I grew up in Sandy Cove, a fishing village on the Eastport peninsula. Closeness to the sea was an everyday experience where raging sea against rugged shore was routine. And, on stormy days, we’d do exciting strolls along the long sandy beach, listening to that quiet whisper: “you never know what will blow in on a windy day.” No matter how far you roam or how old you get, such early exposure to these sights and sounds of the sea, linger forever.
On divine matters it was my sense that just about everyone believed in God, and nobody seriously questioned whether or not there was a God. For sure there were different levels of devoutness but no evidence of outright disbelieving. Outside of church and school activities, very little discussion of God or faith issues took place. My parents regularly attended church and certainly believed in God, but they were never inclined, nor were their friends and co-workers, to openly discuss religious matters. There was this sense of hushed reverence over things spiritual, and that loose talk had connotations of being ungodly.
In the province of Newfoundland, beginning in the late 1950s and picking up speed thereafter, churches began losing authority and influence. People were no longer committed to regular church attendance and seeing their lives through religious eyes. As experienced elsewhere in Canada, participation and attendance in main stream religions were in steep decline, and the fastest growing group was those who had “no religion.” The church did not seem to know how to meaningfully respond to such changes. Many churches have since shut down while others are just barely hanging on.
Nowadays, it’s common to have discussions on religious and faith-based issues, both in private and in public life. Emerging evangelism, especially in the larger centres, contributes to some religious expansion but various survey results keep popping up to show a consistent downturn in traditional religions. Still, it’s fairly common to hear older folks talk openly, and often despairingly, about the demise of traditional, organized religions.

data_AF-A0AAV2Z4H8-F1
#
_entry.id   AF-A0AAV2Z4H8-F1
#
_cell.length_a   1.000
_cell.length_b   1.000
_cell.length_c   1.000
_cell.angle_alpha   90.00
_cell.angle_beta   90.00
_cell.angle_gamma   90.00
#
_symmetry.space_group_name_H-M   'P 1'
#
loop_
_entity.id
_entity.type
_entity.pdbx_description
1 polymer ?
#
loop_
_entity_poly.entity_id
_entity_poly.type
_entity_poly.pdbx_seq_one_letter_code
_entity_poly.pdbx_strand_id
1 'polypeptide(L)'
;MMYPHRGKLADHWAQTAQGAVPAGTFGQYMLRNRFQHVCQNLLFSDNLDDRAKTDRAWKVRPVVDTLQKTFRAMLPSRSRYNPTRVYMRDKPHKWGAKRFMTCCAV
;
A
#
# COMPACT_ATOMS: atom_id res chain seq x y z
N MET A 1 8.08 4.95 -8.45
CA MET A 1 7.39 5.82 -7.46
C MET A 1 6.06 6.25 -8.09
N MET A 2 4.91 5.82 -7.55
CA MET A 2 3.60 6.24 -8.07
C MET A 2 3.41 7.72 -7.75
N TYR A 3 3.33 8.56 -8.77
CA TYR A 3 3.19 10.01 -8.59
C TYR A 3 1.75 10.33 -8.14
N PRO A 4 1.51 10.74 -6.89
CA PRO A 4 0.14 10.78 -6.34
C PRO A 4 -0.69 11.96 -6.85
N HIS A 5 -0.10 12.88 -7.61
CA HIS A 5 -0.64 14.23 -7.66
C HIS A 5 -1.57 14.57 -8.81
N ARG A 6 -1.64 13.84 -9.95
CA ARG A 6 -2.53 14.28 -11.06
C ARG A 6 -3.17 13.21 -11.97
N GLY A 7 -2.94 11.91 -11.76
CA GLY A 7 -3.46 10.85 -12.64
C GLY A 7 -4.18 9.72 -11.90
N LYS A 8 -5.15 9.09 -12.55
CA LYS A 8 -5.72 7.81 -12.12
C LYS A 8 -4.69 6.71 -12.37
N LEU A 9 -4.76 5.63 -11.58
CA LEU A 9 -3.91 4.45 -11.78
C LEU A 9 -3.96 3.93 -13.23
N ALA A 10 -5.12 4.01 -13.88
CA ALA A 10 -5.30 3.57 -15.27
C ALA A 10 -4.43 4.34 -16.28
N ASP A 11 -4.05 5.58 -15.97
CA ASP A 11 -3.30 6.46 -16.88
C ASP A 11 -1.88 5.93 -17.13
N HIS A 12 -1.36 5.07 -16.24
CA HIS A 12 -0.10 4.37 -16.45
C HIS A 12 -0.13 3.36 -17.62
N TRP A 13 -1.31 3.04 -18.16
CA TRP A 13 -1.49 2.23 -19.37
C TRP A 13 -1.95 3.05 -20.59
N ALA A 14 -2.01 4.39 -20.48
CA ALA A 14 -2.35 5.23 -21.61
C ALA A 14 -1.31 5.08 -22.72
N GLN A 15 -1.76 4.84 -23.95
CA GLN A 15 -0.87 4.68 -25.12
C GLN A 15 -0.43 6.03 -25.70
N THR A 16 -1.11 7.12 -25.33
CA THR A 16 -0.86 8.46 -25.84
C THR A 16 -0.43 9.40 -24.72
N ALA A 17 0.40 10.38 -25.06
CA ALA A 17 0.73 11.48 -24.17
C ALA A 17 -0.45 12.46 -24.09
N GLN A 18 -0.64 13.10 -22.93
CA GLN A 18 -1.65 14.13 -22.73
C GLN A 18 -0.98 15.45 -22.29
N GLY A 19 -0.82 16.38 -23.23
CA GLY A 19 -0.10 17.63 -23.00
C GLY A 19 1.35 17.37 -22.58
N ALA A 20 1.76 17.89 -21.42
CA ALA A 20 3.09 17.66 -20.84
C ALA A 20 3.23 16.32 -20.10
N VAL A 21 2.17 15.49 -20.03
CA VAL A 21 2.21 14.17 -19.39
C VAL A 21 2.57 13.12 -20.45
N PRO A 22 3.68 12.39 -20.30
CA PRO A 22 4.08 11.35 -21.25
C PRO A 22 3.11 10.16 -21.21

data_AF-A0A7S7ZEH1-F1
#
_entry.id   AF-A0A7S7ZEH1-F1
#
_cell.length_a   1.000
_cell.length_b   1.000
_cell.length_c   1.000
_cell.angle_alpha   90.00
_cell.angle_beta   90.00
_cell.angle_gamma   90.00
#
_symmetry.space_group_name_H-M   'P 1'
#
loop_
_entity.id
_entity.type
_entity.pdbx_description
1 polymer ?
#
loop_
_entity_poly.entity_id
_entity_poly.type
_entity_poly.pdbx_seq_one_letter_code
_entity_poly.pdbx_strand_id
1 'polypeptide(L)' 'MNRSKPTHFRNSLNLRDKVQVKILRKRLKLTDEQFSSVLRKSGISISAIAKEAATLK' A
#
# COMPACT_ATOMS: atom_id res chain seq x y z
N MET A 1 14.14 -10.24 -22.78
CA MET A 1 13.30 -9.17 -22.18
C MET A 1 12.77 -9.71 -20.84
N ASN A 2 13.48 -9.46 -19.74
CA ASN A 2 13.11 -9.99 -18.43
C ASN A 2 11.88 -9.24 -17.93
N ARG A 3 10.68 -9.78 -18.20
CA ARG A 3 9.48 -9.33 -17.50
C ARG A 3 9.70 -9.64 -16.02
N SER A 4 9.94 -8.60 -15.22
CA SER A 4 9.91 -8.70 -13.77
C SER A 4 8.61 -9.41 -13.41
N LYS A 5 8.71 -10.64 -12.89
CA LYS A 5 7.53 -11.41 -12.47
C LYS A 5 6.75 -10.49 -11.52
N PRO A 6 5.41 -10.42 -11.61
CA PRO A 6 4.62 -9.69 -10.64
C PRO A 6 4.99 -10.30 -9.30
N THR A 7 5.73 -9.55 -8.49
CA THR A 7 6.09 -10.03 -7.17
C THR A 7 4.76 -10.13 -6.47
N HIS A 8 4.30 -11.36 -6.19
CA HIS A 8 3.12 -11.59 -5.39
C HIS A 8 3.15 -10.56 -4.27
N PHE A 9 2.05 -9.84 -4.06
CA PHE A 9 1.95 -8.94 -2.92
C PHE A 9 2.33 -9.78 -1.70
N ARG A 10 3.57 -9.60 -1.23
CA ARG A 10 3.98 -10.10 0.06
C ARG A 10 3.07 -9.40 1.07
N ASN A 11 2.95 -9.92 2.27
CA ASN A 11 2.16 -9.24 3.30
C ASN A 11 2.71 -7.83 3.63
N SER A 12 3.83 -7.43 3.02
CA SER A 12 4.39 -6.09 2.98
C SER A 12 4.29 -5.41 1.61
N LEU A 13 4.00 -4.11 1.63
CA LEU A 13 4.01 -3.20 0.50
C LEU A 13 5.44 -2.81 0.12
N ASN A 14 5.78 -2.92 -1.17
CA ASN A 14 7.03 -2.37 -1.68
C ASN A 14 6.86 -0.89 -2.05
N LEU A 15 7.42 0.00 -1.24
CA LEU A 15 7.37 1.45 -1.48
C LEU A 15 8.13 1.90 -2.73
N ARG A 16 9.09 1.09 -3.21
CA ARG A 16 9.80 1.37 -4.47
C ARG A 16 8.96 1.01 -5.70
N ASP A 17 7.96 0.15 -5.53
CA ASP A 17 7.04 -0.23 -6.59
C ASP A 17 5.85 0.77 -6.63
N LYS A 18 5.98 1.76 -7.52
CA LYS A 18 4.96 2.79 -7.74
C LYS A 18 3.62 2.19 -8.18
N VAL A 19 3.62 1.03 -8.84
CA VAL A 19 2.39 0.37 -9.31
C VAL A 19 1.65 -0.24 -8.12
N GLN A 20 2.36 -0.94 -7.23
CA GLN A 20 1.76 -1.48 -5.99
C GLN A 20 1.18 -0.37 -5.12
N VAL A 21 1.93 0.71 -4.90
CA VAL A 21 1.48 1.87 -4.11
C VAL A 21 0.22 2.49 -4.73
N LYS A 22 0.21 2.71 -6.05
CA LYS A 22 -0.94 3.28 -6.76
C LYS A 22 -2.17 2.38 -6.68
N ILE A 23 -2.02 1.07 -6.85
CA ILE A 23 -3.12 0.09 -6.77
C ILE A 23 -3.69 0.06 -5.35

Many people currently embrace individual spirituality, feeling and thinking it allows them more personal freedom in communicating to God, or whomever or whatever, as they see fit. They do not want to be hide-bound to pre-packaged practices and procedures commonly found within the well-established religious organizations. This opening up approach has resulted in the borders between the religious, the spiritual, the secular, the agnostics, the atheists, and so on, becoming increasingly more trouble free.
The coat of arms of Newfoundland, granted in 1638 by King Charles the first, has its motto “Seek ye first the kingdom of God.” What impact it has on 21st century NL is a good question. Though, one can still hear reference to the old saying “On stormy nights at sea, there are no atheists.”
The march of time, in Newfoundland as elsewhere, has brought about restructuring of social and economic life, and many aspects of the old culture have changed or disappeared. Newfoundlanders and Labradorians still take pride in their robust, independent, and sea faring history, “where Jack is as good as his master,” and are ever so quick to publicly complain against perceived societal wrongdoings. Rights of the individual versus collective rights, and rights of the state, continue to be broadly discussed. It’s fair to say that in Newfoundland, participatory democracy is in full bloom.
Still, in our midst the well engrained old values of faith-based living, along with high levels of emerging individual spirituality, result in a collective appreciation of what’s right and proper for our time.